The iShares MSCI Brazil Index (ETF) (NYSE:EWZ) is up nearly 68 percent this year, easily making it one of 2016's best performing single-country exchange-traded funds, emerging markets or otherwise.
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Among the catalysts often cited for EWZ's resurgence are rebounding commodities prices and the removal of President Dilma Rousseff from office. Rousseff is nearing impeachment and was replaced in May by interim president Michel Temer. Financial markets have cheered Temer's cabinet appointments, cementing the anyone but Rousseff undertone previously surrounding Brazilian equities.
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EWZ is also more than adequately levered to rebounding commodities prices, as energy and materials names combine for 20.7 percent of the ETF's weight. Additionally, EWZ is not a currency hedged ETF, meaning the fund is benefiting as Brazil's real climbs higher, while ranking as one of this year's best-performing currencies.
Arguably, the biggest surprise when it comes to EWZ is the strength of Brazilian bank stocks amid a myriad of headwinds. Challenges for Brazilian stem from what is becoming a familiar issue from Illinois to Greece: public pensions. Cash-strapped Brazilian states are now delaying doling out benefits to pensioners, potentially crimping banks that previously rushed to lend to this segment of the Brazilian population.
Add to that, banking issues are starting to creep up again. As Benzinga reported late last year, a problem for EWZ is weakness in Brazilian bank stocks, which is particularly problematic when considering the sector's issues against the backdrop of some of the developing world's highest interest rates. EWZ's financial services weight is about 36 percent, or about double the ETF's second-largest sector allocation, consumer staples.
The operating environment for banks has become increasingly difficult since 2014 and challenges are likely to persist, as suggested by the Negative Outlook on the sovereign's 'BB' rating and on several bank ratings. Performance indicators in the sector are down: net returns on average assets reached 0.9 percent in March 2016, against 1.3 percent in 2015; and the sector's impaired loans are rising, albeit slowly, to 3.5 percent of total loans at end-June 2016, against 3.3 percent at end-2015 and 2.7 percent in 2014, said Fitch Ratings in a recent note.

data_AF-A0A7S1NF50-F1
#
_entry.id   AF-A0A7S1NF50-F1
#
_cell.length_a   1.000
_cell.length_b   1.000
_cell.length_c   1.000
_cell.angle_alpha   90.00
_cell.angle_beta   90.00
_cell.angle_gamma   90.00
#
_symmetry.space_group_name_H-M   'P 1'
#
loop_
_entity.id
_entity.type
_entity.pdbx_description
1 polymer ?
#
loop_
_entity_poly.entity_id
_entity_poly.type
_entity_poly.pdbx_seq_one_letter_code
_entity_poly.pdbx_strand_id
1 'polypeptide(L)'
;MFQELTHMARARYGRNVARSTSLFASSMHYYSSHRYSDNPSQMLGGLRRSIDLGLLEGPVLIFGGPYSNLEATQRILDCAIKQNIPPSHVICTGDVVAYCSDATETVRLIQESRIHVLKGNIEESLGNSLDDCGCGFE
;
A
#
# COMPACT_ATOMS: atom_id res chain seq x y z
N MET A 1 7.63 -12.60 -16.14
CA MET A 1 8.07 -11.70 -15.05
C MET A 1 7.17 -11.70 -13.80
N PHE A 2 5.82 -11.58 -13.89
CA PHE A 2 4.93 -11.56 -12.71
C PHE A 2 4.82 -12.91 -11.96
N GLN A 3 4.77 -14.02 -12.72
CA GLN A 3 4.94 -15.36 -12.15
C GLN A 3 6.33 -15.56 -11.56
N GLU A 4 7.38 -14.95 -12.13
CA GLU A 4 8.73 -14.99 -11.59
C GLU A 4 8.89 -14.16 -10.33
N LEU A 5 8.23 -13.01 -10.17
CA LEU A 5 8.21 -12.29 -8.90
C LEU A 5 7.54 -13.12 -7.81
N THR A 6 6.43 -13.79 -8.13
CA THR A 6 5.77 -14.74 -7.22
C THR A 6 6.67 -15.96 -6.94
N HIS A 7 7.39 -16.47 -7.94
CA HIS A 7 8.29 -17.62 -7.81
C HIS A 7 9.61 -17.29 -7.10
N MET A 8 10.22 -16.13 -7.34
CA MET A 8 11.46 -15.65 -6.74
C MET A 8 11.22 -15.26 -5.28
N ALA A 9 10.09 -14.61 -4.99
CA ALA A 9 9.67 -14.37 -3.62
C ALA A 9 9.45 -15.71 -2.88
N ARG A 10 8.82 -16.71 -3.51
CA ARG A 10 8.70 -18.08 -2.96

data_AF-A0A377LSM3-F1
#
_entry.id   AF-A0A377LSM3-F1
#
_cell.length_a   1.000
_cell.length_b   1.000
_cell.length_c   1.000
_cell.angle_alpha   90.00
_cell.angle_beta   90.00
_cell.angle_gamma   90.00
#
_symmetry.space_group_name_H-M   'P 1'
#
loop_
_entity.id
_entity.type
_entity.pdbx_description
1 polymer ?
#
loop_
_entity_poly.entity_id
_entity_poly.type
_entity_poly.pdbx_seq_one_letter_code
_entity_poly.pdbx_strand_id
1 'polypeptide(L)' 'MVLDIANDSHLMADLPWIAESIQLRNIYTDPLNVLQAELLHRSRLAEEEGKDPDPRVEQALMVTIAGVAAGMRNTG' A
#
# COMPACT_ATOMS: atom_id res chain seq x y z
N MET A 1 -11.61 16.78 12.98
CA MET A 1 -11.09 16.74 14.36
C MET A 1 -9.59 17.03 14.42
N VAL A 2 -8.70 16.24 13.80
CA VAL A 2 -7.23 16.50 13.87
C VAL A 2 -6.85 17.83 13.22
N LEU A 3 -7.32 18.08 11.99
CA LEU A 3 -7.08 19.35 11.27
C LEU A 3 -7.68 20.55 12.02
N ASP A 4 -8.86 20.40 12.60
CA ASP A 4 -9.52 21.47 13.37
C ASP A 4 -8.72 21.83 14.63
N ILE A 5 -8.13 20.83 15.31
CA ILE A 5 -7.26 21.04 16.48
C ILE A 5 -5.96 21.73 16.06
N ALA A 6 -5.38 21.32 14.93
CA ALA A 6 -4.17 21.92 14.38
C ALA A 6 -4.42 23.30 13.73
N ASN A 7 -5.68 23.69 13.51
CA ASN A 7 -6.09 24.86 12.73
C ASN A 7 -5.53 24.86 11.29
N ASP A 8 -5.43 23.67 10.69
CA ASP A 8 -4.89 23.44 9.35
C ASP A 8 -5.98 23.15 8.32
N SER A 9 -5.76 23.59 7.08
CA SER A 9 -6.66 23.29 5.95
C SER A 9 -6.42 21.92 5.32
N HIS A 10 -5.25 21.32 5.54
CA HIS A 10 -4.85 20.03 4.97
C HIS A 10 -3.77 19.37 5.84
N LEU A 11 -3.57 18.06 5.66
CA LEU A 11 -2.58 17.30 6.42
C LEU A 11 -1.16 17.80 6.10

While the environment for Brazilian banks is not perfect, equity performance tells a different. The U.S.-listed shares of Banco Bradesco SA (ADR) (NYSE:BBD) and Itau Unibanco Holding SA (ADR) (NYSE:ITUB) are up 109 percent and 73.2 percent, respectively, year-to-date. Those stocks are two of EWZ's top three holdings, combing for nearly 19 percent of the ETF's weight.
Bradesco's liquidity position is strong, held up by extensive and stable retail deposits and it operates with ample cash. In times of macroeconomic turbulence, Bradesco tends to see an inflow of deposits as it benefits from flight to quality. Its funding sources increased 10 percent in the 12 months ended June 2016. Media reports indicate that changes on the executive board are being considered but in our opinion, the bank's management team is deep. The tax investigations should not disrupt either the bank's day-to-day operations or the implementation of its strategy, added Fitch.
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